Rating: 4.75 stars
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Length: Novel

It is clear that time is running out to stop the Masters from returning and ending the world as we know it. Whyborne is determined to do all he can to help in the fight, especially as the violence and bloodshed increases. When Whyborne’s cousin, Rupert, entreats him to come help save the Endicott family from magic that is keeping them trapped in their ancestral home of Balefire, Whyborne is not sure he should be leaving Widdershins. These are dangerous times and he is needed to help protect the town. Not to mention that after they keep trying to kill him, there isn’t much love lost between Whyborne and the rest of the Endicotts. Yet they have the key to deciphering the Wisborg Codex, an important tool in stopping the Masters. So with the promise of the key in exchange for his help, Whyborne sets off for Balefire, along with Griffin, Christine, Iskander, and Heliabel.

It seems somehow Balefire, which has been protected for years against both the ketoi and other magical attack, has fallen into dangerous hands. The family members who were in the home at the time of the attack have been trapped there for months. Worse still, it appears that the Masters, or at least their minions, are at work keeping them there. With the Masters so close to crossing back over into our world, more is at stake than just the Endicotts at Balefire. It is up to Whyborne, Griffin, and the others to stop those who hold Balefire hostage before it is too late.

Wow, Jordan L. Hawk has done it again. I am a huge fan of the author’s writing, and will read pretty much anything Hawk writes. But the Whyborne & Griffin series is arguably the author’s most well-known and beloved work, and Balefire is the perfect example of why. As always, Hawk manages to combine the romance between Whyborne and Griffin with an exciting and thrilling magical suspense, all while tying the story together with the larger series plot. At this, the tenth book in the series, things are all interconnecting from previous books and Hawk masterfully weaves pieces together from the larger story. For that reason, you really need to be familiar with prior books for this one to work well, but given that this is in my top all time handful of favorite book series, trust me, it is no hardship.

So I don’t want to go into too much detail plotwise here, because discovering just what is happening at Balefire is part of the fun (and horror) of the book. There are multiple conflicts built in here that manage to all work together well. We have Whyborne’s dislike of travel, combined with the fact that leaving Widdershins right now can be risky. Add to that, there is the conflict with Whyborne and Heliabel versus the rest of the Endicotts, most of whom all hate them for various reasons having to do with ketoi blood and past wrongs. But at the same time, if they are possibly going to rescue anyone from Balefire, they must all work together. A third faction here is the ketoi, who as we have learned in Draakenwood, were harmed far more by the Endicotts that we once thought. And yet now the Endicotts need the ketoi’s assistance if they have any hope of saving their home. And of course, on top of THAT, we have the Masters, their impending return, and whatever these guys are facing when they arrive at Balefire. It is all just a fascinating mix of conflict and suspense, and Hawk does a wonderful job taking elements from across the series and pulling them all together here to continue bringing the series to its climax. I’ll admit that sometimes the lore got a bit overwhelming; not having read all the past books recently, there were some things I couldn’t fully follow. But overall, Hawk does so well at weaving all the series elements together, while still bringing us an exciting individual story.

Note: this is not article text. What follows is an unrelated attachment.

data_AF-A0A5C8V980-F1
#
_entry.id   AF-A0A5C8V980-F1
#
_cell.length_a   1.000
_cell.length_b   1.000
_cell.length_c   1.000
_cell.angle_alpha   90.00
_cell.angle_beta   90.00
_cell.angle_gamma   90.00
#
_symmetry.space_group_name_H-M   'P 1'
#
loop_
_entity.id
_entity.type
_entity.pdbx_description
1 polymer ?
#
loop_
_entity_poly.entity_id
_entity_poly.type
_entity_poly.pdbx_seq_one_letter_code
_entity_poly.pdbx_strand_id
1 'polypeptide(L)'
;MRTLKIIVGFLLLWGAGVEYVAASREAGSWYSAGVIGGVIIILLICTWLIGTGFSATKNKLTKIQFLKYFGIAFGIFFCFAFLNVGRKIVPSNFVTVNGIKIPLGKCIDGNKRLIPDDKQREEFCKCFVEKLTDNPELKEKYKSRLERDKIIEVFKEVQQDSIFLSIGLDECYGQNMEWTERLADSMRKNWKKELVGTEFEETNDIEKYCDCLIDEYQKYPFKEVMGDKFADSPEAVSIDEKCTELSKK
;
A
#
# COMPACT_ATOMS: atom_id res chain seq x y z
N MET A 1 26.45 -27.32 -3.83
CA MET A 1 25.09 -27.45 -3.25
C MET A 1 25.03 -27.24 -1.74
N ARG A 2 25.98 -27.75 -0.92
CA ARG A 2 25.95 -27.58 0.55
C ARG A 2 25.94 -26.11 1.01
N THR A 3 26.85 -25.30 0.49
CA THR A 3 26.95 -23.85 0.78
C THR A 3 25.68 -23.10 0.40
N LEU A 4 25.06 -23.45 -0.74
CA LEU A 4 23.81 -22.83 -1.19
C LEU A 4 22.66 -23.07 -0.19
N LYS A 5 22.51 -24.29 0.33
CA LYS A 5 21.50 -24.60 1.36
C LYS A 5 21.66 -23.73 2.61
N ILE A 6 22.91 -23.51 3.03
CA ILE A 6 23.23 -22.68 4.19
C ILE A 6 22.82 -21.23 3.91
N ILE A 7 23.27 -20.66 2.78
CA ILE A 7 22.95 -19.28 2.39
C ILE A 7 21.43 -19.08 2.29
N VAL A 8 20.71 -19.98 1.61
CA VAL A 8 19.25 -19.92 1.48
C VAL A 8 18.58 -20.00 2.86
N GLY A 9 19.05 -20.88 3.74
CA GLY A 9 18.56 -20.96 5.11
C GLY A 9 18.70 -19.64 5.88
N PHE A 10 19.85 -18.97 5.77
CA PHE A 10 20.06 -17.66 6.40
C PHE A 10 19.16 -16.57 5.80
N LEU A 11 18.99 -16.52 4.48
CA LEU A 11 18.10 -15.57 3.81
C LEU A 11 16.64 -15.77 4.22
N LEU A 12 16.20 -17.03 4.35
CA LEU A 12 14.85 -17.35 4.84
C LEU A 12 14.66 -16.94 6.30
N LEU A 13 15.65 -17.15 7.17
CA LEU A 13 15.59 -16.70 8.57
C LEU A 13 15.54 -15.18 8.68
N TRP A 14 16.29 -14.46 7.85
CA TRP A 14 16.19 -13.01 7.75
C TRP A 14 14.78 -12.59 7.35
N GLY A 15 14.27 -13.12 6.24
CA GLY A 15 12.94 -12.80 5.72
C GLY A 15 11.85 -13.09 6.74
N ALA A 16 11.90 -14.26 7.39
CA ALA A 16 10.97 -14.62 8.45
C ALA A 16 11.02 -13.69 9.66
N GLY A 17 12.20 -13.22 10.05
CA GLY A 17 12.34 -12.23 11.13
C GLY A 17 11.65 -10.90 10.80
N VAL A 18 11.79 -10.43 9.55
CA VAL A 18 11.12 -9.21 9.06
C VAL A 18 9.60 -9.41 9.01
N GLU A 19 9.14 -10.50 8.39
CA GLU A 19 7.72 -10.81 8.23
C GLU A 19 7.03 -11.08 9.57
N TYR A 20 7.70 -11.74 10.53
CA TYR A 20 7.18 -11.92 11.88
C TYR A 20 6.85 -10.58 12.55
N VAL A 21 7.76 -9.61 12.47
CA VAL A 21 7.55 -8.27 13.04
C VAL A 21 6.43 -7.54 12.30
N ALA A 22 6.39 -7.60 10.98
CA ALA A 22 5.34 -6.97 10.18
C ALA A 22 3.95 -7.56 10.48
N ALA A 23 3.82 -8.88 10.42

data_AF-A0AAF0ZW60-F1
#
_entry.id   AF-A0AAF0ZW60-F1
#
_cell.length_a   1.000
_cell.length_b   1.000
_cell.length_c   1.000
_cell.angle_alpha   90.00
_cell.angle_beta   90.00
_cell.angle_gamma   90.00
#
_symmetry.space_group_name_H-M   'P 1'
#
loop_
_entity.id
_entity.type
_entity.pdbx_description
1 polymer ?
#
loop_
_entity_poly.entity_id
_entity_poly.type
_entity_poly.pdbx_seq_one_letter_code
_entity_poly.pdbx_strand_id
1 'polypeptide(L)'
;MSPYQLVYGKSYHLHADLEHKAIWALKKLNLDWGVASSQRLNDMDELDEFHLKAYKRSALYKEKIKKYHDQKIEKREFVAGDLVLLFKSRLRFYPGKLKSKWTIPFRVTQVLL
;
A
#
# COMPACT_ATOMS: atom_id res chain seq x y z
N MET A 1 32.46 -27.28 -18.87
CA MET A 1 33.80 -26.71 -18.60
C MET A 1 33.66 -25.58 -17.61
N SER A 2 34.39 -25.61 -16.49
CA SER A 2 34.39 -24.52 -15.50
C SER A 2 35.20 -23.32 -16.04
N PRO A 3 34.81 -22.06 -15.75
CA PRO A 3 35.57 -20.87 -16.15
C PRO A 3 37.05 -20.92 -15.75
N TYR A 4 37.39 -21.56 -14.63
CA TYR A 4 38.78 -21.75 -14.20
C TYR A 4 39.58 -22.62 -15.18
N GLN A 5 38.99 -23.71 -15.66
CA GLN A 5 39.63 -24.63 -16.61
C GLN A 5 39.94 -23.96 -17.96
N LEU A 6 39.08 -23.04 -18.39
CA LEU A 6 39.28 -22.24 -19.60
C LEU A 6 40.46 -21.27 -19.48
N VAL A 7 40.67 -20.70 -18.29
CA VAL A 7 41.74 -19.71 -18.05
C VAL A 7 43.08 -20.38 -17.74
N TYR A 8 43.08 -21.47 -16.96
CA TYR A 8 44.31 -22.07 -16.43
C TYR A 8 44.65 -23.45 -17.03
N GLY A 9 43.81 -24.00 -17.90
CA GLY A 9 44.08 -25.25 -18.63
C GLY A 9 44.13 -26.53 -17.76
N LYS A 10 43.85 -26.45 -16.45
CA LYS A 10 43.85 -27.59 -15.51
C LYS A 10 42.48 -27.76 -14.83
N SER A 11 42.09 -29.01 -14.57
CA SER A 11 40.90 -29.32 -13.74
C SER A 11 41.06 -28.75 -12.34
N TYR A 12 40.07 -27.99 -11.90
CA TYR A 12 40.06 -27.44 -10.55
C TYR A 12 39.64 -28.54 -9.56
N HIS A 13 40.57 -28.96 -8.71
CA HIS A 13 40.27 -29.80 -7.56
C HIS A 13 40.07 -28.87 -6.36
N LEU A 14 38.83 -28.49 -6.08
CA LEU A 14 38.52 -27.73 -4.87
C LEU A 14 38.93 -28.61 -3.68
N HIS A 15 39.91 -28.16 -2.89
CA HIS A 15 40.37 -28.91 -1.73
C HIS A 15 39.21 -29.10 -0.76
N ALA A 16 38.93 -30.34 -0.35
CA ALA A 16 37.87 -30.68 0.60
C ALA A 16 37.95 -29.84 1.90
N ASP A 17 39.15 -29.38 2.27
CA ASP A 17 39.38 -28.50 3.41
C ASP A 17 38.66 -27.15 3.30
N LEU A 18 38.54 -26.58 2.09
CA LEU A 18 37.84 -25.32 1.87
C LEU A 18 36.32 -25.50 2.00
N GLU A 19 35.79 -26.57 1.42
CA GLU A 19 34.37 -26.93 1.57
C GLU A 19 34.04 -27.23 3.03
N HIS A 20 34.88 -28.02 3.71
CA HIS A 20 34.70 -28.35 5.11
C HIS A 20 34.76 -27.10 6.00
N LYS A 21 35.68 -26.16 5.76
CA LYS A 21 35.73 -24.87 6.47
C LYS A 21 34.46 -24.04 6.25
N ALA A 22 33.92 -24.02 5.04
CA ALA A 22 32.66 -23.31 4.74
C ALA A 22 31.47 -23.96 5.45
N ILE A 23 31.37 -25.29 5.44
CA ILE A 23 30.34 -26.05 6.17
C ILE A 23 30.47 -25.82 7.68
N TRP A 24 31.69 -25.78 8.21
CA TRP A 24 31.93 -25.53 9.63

One of my favorite parts of the series as it develops is the increasing bond among Whyborne and his found family. Of course, he and Griffin are so sweet and wonderful together. Although this story focuses less on the two of them together than some, we can still feel the intensity of their bond, how these men would happily die for one another, and how the strength they provide helps the other through hard times. This story is told in dual POV between the men, which really adds to the excitement as we get each of their perspectives as the story evolves. I love the way the relationship the men have with Christine and Iskander has continued to grow as well. Whyborne and Christine have always been best friends, but here we see how strong their bond really is, how they are almost like siblings. Christine is in rare form in this book and she just keeps getting more awesome, in my opinion. I love that she is kick ass, speaks her mind, and doesn’t care what anyone else thinks. But here we also see some of her vulnerability, as well as some sweet moments with both Whyborne and Heliabel. So I love how this group has bonded and enjoy seeing them all battle together to take down the bad guys.

So this was another fabulous installment of one of my all time favorite series. I’ll say it again, if you aren’t reading Whyborne & Griffin, you should be. And if you are, you don’t need me to tell you this is an installment not to be missed.

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